Israel is pressing ahead with plans to build more settlement housing in the West Bank. An Israeli official announced the scheme as a meeting was getting under way in Washington between U.S. President Barack Obama and Israeli Prime Minister Benjamin Netanyahu. The move could cause friction with Washington, which wants Israel to stop settlement expansion.
The matter of Israeli settlements in the West Bank is one of the key sticking points in the Israeli-Palestinian conflict. The Palestinians want no Israeli presence in their state if and when it is established. Israeli authorities say there are roughly 280,000 people living in Jewish settlements in the West Bank.
Israeli developers and a local government official on Monday said they are moving ahead with construction at a former military site known as Maskiot in the Jordan Valley. Contractors toured the site on Sunday. Officials say the building plans were approved by Israel's defense ministry last year.
The construction plans are drawing protests from the Palestinians who accuse the Israelis of timing their release with Mr. Netanyahu's visit to Washington to send a message that Israel is strengthening its hold on the West Bank.
They repeated their warning that no negotiations will take place as long as Mr. Netanyahu does not endorse the creation of a Palestinian state.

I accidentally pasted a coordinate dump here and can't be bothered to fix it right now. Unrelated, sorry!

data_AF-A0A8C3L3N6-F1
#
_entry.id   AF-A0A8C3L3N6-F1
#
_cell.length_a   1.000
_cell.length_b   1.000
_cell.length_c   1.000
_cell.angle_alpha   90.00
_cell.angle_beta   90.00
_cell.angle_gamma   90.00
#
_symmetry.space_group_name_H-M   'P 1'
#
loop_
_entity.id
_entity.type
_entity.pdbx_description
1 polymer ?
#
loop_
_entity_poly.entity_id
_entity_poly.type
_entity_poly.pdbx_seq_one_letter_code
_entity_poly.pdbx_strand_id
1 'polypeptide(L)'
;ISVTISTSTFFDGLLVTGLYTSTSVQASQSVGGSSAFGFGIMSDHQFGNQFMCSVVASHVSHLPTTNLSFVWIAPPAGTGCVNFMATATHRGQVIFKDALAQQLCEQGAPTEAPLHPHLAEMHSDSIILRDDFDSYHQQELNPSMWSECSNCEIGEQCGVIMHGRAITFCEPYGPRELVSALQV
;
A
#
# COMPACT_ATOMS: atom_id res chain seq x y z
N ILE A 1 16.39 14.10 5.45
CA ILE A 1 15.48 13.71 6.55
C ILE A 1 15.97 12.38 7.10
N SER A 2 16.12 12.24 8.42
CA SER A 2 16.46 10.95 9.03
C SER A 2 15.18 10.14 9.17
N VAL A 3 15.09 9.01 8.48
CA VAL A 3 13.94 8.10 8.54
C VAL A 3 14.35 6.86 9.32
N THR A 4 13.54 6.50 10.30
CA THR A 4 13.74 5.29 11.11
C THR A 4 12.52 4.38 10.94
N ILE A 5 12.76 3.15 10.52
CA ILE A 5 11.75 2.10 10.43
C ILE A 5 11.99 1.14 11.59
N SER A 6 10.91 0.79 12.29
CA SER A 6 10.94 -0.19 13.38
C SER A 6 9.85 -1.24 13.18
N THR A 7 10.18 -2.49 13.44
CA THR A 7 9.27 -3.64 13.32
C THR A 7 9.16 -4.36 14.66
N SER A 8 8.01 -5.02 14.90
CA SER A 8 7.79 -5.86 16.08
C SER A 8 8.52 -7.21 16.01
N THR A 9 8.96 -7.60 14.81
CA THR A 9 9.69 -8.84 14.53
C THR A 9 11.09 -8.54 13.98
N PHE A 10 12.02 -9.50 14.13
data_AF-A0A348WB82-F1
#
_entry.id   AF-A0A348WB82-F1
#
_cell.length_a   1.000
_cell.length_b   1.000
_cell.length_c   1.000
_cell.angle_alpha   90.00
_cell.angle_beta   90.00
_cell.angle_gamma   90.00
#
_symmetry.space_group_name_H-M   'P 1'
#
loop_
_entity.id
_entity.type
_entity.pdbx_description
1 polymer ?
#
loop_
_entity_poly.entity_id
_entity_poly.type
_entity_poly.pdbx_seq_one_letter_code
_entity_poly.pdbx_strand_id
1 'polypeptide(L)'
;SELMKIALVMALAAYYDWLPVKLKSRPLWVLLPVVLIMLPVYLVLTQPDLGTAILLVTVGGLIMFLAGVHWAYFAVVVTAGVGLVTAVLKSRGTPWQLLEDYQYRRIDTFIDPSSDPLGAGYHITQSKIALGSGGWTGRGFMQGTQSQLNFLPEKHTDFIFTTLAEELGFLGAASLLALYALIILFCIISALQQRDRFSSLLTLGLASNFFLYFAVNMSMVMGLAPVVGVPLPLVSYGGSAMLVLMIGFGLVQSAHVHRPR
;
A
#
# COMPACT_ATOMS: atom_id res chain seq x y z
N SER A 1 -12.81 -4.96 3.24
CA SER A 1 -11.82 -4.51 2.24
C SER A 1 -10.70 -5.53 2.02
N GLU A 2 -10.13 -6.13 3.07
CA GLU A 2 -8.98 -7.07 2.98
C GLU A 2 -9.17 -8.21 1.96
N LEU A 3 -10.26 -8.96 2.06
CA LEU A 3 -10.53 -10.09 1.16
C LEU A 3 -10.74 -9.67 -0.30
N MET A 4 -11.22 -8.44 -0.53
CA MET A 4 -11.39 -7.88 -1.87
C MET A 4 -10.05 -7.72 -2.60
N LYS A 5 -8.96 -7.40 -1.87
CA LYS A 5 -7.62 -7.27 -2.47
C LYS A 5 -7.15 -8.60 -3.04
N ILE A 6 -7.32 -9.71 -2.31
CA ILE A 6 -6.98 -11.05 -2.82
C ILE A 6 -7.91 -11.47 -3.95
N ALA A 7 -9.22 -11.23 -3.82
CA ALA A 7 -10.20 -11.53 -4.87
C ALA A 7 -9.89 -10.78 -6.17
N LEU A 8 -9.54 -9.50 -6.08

The General Secretary of the Palestine Liberation Organization, Yasser Abed Rabu, accused Mr. Netanyahu of trying to derail the peace process. He called for the United States to announce a one-year deadline.
Abed Rabu said the most important thing for the Palestinians is to see what the United States and Israel plan to do. He says the Palestinians are waiting to see what steps the United States will take and whether Washington will announce that a Palestinian state will be created within a year.
Some Israelis oppose the creation of such a state out of concern that it might be subject to takeover by Islamist militants, as was the case in the Gaza Strip where the Iranian-backed Hamas movement seized the government after Israel's 2005 withdrawal from the enclave.